How a Country Benefits From International Trade

International trade, otherwise known as free trade removes the barriers that limit the country’s surplus. This has a great benefit on both the producers and the consumers. It has been seen to be the catalyst of the growth of many economies. Formulated by David, Ricardo, the law of comparative advantage was a pivotal development of the theory of absolute advantage previously developed by Adam Smith. As opposed to the theory of the absolute advantage, Ricardo believes that comparative advantage is enough to make trade possible and desirable.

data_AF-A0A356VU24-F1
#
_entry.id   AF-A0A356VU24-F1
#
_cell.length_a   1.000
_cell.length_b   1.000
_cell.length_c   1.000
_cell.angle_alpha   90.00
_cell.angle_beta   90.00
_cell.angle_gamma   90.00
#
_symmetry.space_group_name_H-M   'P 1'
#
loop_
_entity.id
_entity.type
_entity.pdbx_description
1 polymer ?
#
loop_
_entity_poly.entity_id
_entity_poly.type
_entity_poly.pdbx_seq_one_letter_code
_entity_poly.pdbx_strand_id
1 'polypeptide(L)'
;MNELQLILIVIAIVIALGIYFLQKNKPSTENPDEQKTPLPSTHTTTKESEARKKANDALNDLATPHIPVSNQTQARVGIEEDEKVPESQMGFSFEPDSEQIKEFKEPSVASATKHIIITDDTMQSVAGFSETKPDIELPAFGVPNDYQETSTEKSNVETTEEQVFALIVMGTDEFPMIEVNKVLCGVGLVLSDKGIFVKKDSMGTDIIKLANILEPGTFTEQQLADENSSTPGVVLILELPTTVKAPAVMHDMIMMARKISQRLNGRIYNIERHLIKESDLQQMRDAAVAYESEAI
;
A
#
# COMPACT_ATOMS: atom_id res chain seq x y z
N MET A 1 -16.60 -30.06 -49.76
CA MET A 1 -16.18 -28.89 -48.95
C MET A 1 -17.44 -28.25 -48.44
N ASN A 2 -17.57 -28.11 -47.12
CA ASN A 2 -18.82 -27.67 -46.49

Today international trade is done without much hindrance. There is the removal of tariffs and import quota which we identify as protectionism. The removal of tariffs and quota can practically increase the consumer surplus as they allow domestic consumers to enjoy foreign products at lower costs. The reduction in the producer surplus brought by the entrance of foreign producers through importation can be outweighed by the gains of the domestic consumers, thus increasing the total surplus. Aside from the enjoying lower prices, consumers also benefits from the variety of products available to them through trade. Importation also provides greater choices for the consumers. Some of the practical benefits from international trade are the following: “enhances the domestic competitiveness, takes advantage of international trade technology , increase sales and profits, extend sales potential of the existing products, maintain cost competitiveness in your domestic market, enhance potential for expansion of your business, gains a global market share, reduce dependence on existing markets and stabilize seasonal market fluctuations”